Enlarge / The first stage of a Falcon 9 rocket targeted for a launch Friday morning first flew in September, 2018, launching the Telstar 18 mission.SpaceX Fresh off a successful flight campaign in 2018, which included a record 21 missions, SpaceX returns to the launchpad Friday for its first mission of the new year. The…
Fresh off a successful flight campaign in 2018, which included a record 21 missions, SpaceX returns to the launchpad Friday for its first mission of the new year. The instantaneous launch window opens at 10:31am ET (15:31 UTC).
This will be SpaceX’s eighth and final launch to build out a constellation of 75 modern communications satellites for Iridium. For this mission, SpaceX will be launching 10 of the Iridium NEXT satellites to a low Earth polar orbit.
The first stage for this mission previously flew in September, launching the Telstar 18 Vantage mission into geostationary transfer orbit. It made an on-target ocean landing in relatively high seas during the midst of the Atlantic hurricane season. This time, the rocket will attempt to land on the droneshipJust Read the Instructionsstationed in the Pacific Ocean.
All in all, this should be a fairly standard mission for SpaceX, with no crazy flight profiles or experimental tests. After all, a Falcon 9 rocket has flown this approximate mission seven times previously, and this first stage is “proven” in the sense that it has already flown once.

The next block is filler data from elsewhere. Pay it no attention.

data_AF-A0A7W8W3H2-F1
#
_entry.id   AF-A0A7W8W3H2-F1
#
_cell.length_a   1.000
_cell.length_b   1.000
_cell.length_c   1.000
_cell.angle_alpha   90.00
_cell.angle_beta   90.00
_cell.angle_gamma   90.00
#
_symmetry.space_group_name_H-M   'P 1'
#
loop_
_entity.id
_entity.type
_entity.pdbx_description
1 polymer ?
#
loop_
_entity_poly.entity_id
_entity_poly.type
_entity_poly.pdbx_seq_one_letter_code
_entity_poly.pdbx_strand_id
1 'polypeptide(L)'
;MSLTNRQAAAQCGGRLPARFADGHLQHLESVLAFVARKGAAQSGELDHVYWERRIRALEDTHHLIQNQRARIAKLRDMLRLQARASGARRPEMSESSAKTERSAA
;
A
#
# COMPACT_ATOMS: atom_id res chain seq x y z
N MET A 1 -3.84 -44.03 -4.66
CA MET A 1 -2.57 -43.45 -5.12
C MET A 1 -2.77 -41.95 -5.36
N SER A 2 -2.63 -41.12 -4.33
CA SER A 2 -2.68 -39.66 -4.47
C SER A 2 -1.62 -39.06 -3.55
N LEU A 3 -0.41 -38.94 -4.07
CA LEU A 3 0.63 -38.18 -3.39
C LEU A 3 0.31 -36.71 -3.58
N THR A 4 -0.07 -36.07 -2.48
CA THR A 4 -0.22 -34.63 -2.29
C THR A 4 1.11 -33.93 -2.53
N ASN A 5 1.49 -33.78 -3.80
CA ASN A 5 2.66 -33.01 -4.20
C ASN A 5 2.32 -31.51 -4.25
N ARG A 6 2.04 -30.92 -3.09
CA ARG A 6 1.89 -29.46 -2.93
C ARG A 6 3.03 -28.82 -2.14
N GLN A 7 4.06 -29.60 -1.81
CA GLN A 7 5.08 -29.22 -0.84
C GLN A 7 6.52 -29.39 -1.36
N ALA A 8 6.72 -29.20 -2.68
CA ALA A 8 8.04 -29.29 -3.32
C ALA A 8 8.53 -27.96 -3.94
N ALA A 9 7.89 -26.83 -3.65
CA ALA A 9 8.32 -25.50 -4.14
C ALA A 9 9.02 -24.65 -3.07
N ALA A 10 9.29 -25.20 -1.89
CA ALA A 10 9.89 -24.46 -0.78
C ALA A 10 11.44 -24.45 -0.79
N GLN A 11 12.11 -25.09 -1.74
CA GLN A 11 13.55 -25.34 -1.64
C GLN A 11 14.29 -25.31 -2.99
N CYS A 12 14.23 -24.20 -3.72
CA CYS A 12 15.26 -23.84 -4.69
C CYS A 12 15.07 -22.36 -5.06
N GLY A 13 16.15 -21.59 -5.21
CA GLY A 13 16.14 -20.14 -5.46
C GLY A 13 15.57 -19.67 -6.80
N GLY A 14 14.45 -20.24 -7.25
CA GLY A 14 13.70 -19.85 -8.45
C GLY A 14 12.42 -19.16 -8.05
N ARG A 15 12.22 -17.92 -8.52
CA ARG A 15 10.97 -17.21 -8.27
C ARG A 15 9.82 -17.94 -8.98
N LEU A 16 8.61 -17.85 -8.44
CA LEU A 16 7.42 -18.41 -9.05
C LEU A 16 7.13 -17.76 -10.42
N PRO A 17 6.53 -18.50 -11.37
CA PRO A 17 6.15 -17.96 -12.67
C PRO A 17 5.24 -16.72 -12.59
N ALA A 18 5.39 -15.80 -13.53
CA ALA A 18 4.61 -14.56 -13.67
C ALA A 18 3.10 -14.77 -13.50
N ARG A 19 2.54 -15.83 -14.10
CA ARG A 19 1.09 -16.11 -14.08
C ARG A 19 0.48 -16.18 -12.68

SpaceX is not expected to attempt a payload-fairing recovery, as the company is still perfecting its procedure for doing so. In addition to studying data obtained from earlier launches, SpaceX has been dropping a fairing half from a helicopter off the California coast and attempting to catch it with the vesselMr. Steven. Earlier this week, the company released some rather arresting footage of one of those tests.
After 18 missions in 2017 and 21 missions in 2018, it is not known how many rocket launches SpaceX will target in 2019. However, a reasonable guess is that the company will attempt 16 to 20 Falcon 9 launches and two to three Falcon Heavy flights.
A webcast for Friday morning’s launch attempt should begin about 15 minutes before the launch window opens. Should inclement weather (a 60 percent chance of favorable conditions) or a technical issue preclude a launch attempt, SpaceX has a back-up window available on Saturday morning at 15:25 UTC.